There are few things more 2022 than Wet Leg. The band started as a joke while on top of a ferris wheel at a music festival. From that fateful cabin conversation, Rhian Teasdale and Hester Chambers came out of nowhere with their cheeky hit "Chaise Longue," an outright earworm of synth pop style and dry British irreverence. The British duo's meteoric rise, including selling out Brooklyn Steel without ever recording an album, immediately without a record led to a fair amount of critical cynicism, but all naysayers were silenced this past week with the release of their addictively catchy self-titled release.
Wet Leg is infectious in a way that few other albums are; impossible to listen to without bobbing your head. Chambers and Teasdale's production captures their youthful energy and 21st century wit. One of the catchiest albums in literal years, every track on the album has the potential to be a single. Don't be fooled by their social-media based rise, the songs are expertly crafted; blending new wave and pop sensibilities that bubbling over with joyous fun and irreverence. And at a pleasant 36 minutes, Wet Leg is engaging without getting too sugary to listen to in full.
Lyrically, Wet Leg is hilarious, and would be bordering on comedy if it wasn't so sharply executed. Wet Leg is a signpost for mid/late twenties urban life. Chambers and Teasdale wax about getting "Big D(egree) and partying. A lot of the record deals with the sexual landscape of the millennial world, and Wet Leg deftly celebrates the successes and failures of the terrain; be it taking a guy home to fuck after a Vincent Gallo film in "Wet Dream" or the ending of a toxic relationship of "Ur Mum."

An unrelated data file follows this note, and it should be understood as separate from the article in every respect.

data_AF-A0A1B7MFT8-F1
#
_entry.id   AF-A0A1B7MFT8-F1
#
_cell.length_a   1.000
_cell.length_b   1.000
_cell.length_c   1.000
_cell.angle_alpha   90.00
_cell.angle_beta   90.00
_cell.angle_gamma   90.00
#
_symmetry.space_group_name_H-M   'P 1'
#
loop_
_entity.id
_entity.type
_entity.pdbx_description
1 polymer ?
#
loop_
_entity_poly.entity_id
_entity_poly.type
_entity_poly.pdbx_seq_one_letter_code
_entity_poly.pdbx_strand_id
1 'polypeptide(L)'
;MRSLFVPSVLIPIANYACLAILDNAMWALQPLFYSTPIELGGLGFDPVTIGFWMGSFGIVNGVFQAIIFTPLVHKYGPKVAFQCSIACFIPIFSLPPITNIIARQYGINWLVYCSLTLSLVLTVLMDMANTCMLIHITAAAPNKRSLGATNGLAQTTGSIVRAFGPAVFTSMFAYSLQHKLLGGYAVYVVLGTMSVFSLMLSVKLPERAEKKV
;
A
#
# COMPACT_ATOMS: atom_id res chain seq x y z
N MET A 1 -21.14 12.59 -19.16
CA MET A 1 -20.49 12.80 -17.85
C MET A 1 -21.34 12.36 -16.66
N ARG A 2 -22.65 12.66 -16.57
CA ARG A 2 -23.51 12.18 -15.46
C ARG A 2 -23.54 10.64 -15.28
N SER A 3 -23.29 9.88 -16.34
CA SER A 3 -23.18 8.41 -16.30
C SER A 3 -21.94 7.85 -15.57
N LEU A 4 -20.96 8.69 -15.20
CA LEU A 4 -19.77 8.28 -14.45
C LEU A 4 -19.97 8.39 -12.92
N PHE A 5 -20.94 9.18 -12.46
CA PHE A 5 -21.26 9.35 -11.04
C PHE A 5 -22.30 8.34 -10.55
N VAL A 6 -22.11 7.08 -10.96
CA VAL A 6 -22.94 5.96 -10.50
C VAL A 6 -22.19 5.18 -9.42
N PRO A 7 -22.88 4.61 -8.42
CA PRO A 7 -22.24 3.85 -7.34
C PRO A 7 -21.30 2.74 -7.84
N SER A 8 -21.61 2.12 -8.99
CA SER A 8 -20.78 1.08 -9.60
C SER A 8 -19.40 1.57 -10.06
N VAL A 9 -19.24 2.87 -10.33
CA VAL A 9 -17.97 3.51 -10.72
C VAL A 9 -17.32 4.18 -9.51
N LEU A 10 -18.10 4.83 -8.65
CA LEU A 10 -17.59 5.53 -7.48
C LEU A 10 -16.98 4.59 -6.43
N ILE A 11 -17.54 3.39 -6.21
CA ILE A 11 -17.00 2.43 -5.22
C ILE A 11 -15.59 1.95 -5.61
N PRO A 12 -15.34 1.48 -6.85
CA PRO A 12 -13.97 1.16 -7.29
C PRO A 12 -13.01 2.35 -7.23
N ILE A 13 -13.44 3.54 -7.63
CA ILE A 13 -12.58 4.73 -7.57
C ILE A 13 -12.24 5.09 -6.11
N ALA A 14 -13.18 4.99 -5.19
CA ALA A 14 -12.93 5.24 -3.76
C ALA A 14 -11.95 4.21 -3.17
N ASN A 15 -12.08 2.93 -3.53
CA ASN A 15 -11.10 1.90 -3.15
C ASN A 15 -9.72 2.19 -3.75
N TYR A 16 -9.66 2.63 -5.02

One aspect that makes Wet Leg such a refreshing record is that Chambers and Teasdale are not trying to hide their age. They don't speak in esoteric ambiguities, but rather zoomer vernacular that is painfully relatable. They muse on hypnotic late-night scrolling and getting high at the supermarket before meeting with their parents in a way that is fun and charming and innocent without coming off as childish. The lyrics accentuate the overall fun-loving and self-deprecating vibe of the the album.
Again, make no mistake, this isn't a TikTok record. Chambers and Teasdale signed on the highly sought after record producer Dan Carey, who led the charge on some of Europe's most recent critically acclaimed records (notably Schlagenheim by Black Midi and Dogrel by Fontaines DC) as their producer, and the record was mixed by shoegaze (my favorite!) veteran Alan Moulder. The result is Wet Leg being a meticulously crafted record; a lot of work was put in the record's carefree aura. All parties fully realized the record's potential as they tactfully knew when to add sound, and when to add space. There is plenty of hard driving guitars, but could turn to sparse drum and bass when the time felt right. The result is a full on female rock record that shows all the potential of the next Debbie Harry, as Chambers and Teasdale take the pop rock paradigm and make it something completely and absolutely knew. Just a a phenomenal pop record.